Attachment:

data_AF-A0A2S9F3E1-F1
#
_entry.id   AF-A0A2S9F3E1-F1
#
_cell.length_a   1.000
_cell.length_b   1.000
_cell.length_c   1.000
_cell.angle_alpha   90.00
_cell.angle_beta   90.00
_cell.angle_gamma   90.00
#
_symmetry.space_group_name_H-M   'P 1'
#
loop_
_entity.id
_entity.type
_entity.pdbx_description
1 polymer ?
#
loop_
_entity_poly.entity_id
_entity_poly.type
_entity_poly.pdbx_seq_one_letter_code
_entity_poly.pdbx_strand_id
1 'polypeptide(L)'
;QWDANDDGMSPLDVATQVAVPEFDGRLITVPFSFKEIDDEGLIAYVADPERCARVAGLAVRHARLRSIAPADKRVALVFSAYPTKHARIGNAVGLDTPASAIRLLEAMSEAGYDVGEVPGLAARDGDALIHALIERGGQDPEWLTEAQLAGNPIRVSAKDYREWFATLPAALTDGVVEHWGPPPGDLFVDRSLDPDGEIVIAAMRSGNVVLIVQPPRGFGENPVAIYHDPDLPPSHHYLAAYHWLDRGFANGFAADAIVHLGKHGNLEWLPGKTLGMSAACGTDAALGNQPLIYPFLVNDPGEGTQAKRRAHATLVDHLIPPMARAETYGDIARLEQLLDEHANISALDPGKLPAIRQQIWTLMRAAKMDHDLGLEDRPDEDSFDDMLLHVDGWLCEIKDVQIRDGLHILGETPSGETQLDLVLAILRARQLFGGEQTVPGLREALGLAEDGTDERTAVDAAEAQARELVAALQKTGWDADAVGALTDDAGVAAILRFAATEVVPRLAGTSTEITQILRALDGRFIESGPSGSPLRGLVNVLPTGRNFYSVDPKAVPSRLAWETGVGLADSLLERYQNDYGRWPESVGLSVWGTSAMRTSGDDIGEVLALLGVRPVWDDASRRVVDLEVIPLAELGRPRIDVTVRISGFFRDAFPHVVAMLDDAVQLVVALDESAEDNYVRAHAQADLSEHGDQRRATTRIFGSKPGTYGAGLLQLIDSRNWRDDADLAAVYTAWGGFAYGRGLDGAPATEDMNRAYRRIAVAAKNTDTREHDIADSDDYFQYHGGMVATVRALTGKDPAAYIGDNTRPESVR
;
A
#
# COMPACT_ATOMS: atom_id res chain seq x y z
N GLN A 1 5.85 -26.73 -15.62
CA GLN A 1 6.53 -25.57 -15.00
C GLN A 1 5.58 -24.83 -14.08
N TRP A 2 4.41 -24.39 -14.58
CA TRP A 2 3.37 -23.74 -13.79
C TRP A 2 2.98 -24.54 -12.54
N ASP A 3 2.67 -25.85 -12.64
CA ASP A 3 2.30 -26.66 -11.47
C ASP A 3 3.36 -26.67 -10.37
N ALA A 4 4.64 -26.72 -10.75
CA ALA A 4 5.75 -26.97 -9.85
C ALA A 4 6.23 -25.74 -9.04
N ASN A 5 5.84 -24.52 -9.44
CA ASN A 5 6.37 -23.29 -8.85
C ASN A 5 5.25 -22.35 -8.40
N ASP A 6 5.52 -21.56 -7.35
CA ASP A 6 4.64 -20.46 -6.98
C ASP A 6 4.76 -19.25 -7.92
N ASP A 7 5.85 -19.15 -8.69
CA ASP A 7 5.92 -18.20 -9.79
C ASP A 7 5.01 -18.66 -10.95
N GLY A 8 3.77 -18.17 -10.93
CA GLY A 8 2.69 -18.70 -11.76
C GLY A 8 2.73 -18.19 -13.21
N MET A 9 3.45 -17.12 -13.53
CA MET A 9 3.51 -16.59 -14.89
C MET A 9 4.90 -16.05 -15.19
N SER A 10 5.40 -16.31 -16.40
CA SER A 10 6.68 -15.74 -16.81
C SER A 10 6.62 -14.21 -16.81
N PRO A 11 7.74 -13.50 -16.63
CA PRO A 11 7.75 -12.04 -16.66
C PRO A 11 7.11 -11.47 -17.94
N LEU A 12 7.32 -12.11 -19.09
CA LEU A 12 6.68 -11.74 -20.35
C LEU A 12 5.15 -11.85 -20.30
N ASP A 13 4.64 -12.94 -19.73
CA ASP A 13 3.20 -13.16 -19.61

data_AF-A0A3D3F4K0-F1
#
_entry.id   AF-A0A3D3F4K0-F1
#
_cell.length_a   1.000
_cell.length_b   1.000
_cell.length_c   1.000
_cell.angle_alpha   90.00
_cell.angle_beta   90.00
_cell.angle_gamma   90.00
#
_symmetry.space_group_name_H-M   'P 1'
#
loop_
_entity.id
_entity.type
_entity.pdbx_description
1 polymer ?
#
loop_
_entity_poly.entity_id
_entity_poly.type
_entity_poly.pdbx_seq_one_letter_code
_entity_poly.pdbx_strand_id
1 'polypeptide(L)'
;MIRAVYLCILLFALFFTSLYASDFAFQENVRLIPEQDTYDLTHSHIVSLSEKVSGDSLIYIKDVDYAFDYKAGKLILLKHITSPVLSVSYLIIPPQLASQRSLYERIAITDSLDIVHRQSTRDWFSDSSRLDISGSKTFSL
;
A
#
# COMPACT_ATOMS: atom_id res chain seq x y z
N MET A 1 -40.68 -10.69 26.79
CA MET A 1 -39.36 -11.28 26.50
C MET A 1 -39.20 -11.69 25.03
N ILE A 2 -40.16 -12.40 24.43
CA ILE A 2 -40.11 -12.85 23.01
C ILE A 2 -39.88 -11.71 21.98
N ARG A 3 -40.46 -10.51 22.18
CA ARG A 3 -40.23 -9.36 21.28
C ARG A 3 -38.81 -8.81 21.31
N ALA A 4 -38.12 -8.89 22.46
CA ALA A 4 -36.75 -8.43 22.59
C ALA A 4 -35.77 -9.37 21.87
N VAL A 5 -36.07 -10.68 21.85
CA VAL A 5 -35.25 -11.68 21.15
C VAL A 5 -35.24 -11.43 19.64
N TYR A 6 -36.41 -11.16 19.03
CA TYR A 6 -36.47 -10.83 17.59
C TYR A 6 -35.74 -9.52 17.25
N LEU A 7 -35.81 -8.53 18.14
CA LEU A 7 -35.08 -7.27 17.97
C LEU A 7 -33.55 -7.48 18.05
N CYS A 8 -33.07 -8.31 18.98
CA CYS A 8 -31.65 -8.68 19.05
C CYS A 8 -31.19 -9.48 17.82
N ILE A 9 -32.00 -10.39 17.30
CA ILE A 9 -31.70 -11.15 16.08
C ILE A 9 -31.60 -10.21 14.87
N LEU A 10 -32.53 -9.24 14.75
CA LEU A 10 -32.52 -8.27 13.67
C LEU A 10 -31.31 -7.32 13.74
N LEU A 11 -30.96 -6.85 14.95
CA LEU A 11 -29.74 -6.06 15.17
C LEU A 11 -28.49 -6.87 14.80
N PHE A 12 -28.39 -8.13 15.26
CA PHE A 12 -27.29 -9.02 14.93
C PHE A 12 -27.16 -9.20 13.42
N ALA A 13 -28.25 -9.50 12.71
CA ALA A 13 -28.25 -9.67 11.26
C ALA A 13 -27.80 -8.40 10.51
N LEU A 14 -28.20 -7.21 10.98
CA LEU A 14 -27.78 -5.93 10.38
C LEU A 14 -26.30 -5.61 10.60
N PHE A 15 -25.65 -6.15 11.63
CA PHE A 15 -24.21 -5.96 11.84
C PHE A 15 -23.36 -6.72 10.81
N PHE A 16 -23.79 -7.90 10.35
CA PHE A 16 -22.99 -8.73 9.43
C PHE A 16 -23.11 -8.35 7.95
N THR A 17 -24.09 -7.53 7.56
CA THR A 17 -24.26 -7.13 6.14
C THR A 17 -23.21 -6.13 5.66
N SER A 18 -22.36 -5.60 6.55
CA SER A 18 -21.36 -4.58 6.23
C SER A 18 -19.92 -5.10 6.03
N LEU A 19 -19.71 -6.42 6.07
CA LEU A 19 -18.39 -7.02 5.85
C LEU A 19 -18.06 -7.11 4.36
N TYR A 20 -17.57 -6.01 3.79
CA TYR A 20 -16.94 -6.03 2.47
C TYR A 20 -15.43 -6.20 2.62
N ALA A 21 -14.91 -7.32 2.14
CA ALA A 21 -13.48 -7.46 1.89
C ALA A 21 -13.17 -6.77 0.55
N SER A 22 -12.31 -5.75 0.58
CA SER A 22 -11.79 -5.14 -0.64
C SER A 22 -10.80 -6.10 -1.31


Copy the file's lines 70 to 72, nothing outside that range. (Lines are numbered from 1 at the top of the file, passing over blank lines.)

#
_entry.id   AF-A0A3D3F4K0-F1
#